I love this tripod because it has so many different height options. I usually take vertical images, which this setup is perfect for, but sometimes I need to do horizontal justification for my YouTube thumbnail images. Many shoots I will set my tripod height so the images I photograph are taken from a three-quarters view, meaning they are a little above eye level but not completely overhead. This is the easiest angle to photograph from because it allows the food to take up the majority of the shot so I don’t have to worry about too much styling or if my surface area is large enough to not have it cut off in the background. Sometimes I will do direct overhead shots, which I will either have to stand on a stool or use a shorter surface to achieve (example). Sometimes I will shoot at eye level, which requires a staged backdrop since it will be more prominent in the background of the image (example). It all just depends on the subject and my vision for the photo, but luckily this setup allows for a wide range of angles and lighting. I try to use at least two different angles per recipe to make sure I’m getting the best possible shot. Sometimes you don’t know if another angle or lighting situation will look better or worse until you play around a bit.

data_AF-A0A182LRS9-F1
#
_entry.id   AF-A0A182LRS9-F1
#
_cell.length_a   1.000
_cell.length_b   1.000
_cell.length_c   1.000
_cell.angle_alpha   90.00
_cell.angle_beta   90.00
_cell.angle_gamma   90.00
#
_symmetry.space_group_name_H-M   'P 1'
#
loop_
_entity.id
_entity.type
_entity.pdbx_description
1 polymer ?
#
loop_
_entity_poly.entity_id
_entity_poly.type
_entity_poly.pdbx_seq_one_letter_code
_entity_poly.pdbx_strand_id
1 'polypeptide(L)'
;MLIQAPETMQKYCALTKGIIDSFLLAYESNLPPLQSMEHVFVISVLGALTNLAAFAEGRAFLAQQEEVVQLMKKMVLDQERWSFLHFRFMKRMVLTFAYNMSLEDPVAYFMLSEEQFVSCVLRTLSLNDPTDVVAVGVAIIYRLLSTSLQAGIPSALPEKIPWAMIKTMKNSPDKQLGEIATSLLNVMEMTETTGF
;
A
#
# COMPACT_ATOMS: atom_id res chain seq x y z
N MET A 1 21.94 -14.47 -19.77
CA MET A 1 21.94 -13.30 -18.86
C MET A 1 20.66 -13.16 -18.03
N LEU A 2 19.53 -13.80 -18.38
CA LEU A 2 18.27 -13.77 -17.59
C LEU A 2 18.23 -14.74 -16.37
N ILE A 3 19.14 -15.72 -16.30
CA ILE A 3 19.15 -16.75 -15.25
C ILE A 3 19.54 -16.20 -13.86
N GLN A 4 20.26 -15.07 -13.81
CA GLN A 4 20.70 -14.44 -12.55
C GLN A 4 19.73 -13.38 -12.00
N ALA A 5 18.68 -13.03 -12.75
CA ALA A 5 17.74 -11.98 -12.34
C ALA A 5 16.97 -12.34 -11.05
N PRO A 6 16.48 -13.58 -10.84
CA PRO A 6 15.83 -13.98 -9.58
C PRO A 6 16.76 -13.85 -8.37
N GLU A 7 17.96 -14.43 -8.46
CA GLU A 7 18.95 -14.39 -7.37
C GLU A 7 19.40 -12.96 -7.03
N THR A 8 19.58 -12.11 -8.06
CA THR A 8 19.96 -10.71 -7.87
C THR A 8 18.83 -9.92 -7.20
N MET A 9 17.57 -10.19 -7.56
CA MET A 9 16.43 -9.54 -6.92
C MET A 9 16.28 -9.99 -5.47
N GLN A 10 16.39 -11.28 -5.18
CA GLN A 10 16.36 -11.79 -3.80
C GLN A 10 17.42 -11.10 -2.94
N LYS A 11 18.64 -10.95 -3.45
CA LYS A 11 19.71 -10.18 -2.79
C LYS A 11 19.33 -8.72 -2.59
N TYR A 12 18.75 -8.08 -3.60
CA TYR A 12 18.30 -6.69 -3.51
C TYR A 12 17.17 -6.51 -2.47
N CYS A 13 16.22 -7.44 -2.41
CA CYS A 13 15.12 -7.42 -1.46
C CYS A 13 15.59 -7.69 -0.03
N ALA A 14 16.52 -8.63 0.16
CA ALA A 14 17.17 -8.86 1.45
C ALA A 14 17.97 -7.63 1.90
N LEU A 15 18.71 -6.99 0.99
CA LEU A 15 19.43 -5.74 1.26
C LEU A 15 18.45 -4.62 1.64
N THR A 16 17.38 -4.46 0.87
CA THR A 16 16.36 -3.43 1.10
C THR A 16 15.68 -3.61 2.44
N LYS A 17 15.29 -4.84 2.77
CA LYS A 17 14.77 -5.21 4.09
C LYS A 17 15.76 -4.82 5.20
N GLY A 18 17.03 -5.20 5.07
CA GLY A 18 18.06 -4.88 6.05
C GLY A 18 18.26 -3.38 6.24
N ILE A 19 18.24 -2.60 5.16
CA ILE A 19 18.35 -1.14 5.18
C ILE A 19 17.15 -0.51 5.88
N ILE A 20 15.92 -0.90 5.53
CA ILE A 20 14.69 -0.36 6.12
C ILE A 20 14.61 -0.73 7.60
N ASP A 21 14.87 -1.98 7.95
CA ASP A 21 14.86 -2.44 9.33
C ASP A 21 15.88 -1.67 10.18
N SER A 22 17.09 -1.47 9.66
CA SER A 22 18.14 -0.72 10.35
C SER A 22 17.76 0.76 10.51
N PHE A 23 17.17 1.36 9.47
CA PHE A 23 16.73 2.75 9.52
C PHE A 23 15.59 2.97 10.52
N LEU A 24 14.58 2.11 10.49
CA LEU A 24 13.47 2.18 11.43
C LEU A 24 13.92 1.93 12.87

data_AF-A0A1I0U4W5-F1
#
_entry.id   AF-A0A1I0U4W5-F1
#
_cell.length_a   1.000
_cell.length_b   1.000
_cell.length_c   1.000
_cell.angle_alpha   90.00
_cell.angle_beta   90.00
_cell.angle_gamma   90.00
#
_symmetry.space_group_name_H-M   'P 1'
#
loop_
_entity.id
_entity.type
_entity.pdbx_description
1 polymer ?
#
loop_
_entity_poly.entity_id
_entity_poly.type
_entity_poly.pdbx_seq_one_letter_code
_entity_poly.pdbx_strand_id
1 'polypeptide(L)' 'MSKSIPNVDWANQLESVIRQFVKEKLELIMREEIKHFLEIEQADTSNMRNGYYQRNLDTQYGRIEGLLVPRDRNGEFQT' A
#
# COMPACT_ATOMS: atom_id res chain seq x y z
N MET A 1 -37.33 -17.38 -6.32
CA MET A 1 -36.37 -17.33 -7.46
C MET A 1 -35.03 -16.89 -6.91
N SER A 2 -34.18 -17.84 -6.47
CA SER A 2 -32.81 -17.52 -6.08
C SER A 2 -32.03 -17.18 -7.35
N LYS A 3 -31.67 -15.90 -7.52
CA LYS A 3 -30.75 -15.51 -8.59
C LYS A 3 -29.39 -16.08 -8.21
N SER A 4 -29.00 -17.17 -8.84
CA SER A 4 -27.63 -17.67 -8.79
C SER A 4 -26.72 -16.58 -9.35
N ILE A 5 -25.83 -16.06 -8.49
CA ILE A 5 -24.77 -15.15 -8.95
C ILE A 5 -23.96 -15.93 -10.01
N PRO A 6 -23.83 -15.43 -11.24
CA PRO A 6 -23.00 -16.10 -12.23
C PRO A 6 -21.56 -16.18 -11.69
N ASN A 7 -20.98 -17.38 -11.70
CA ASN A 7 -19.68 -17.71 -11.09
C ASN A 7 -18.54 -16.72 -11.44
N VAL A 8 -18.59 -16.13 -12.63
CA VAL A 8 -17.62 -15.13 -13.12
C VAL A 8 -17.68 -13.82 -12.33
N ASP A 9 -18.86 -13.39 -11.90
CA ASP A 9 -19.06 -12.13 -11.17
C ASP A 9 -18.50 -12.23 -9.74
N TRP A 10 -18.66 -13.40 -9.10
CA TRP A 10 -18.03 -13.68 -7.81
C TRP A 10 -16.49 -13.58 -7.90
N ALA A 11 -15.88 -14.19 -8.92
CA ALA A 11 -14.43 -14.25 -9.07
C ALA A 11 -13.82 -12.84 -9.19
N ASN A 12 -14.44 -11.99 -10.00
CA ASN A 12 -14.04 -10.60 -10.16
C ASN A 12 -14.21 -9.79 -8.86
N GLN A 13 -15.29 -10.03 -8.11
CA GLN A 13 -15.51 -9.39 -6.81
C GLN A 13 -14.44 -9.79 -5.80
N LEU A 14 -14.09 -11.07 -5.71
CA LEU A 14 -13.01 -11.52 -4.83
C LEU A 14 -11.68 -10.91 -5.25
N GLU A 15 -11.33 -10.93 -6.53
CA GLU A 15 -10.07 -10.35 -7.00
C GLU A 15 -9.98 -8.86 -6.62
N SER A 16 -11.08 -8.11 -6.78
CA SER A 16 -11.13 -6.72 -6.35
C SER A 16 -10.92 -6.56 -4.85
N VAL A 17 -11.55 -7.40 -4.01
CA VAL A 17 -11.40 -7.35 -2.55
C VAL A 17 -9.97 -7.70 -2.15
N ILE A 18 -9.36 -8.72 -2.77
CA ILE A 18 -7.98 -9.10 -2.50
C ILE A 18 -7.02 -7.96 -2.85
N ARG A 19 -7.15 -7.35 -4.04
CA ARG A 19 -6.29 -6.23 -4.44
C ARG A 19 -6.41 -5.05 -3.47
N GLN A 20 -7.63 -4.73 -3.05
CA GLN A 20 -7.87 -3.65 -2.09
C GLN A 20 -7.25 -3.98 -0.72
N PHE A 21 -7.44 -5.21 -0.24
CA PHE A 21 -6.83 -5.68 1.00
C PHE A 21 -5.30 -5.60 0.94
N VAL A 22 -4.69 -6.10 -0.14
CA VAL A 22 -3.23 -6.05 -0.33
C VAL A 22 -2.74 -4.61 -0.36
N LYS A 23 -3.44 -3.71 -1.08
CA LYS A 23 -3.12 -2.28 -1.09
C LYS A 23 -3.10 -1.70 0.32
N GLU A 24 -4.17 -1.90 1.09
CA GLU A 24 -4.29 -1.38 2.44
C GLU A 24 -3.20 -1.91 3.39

I recently purchased a cart to store all my photography-related things because I was sick of having to go back-and-forth from the office to grab them mid-shoot and because I always left everything out in a big mess. The cart helps keep everything neat, organized, and maneuverable which is also nice if I need to tear down the setup if we’re having company over or cleaning the room or something. Plus it’s such a cute color. I’m such a sucker.